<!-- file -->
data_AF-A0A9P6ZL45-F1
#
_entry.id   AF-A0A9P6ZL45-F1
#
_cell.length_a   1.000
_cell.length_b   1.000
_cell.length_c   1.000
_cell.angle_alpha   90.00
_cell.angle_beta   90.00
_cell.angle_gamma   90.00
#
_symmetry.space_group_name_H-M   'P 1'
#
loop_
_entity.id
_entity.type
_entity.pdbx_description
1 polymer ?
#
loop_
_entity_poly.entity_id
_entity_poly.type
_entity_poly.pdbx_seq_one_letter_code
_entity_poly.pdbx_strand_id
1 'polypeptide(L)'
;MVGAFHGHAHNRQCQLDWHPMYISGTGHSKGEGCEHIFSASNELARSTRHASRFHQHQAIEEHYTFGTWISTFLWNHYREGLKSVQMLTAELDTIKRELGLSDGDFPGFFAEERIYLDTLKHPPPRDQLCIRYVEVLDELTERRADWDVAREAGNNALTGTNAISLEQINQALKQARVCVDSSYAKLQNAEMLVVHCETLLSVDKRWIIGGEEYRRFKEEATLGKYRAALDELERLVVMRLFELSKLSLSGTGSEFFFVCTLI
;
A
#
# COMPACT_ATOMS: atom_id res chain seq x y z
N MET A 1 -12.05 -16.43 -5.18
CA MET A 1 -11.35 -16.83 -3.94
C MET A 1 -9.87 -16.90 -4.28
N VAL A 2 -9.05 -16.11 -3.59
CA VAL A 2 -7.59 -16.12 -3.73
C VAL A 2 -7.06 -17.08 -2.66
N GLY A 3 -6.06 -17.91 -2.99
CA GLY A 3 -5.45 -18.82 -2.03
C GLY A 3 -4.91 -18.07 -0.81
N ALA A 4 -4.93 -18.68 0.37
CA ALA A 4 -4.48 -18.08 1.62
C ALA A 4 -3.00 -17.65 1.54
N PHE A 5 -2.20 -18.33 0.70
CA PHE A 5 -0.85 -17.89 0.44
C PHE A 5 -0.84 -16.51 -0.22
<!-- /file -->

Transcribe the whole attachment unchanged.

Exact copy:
data_AF-A0A9P6ZL45-F1
#
_entry.id   AF-A0A9P6ZL45-F1
#
_cell.length_a   1.000
_cell.length_b   1.000
_cell.length_c   1.000
_cell.angle_alpha   90.00
_cell.angle_beta   90.00
_cell.angle_gamma   90.00
#
_symmetry.space_group_name_H-M   'P 1'
#
loop_
_entity.id
_entity.type
_entity.pdbx_description
1 polymer ?
#
loop_
_entity_poly.entity_id
_entity_poly.type
_entity_poly.pdbx_seq_one_letter_code
_entity_poly.pdbx_strand_id
1 'polypeptide(L)'
;MVGAFHGHAHNRQCQLDWHPMYISGTGHSKGEGCEHIFSASNELARSTRHASRFHQHQAIEEHYTFGTWISTFLWNHYREGLKSVQMLTAELDTIKRELGLSDGDFPGFFAEERIYLDTLKHPPPRDQLCIRYVEVLDELTERRADWDVAREAGNNALTGTNAISLEQINQALKQARVCVDSSYAKLQNAEMLVVHCETLLSVDKRWIIGGEEYRRFKEEATLGKYRAALDELERLVVMRLFELSKLSLSGTGSEFFFVCTLI
;
A
#
# COMPACT_ATOMS: atom_id res chain seq x y z
N MET A 1 -12.05 -16.43 -5.18
CA MET A 1 -11.35 -16.83 -3.94
C MET A 1 -9.87 -16.90 -4.28
N VAL A 2 -9.05 -16.11 -3.59
CA VAL A 2 -7.59 -16.12 -3.73
C VAL A 2 -7.06 -17.08 -2.66
N GLY A 3 -6.06 -17.91 -2.99
CA GLY A 3 -5.45 -18.82 -2.03
C GLY A 3 -4.91 -18.07 -0.81
N ALA A 4 -4.93 -18.68 0.37
CA ALA A 4 -4.48 -18.08 1.62
C ALA A 4 -3.00 -17.65 1.54
N PHE A 5 -2.20 -18.33 0.70
CA PHE A 5 -0.85 -17.89 0.44
C PHE A 5 -0.84 -16.51 -0.22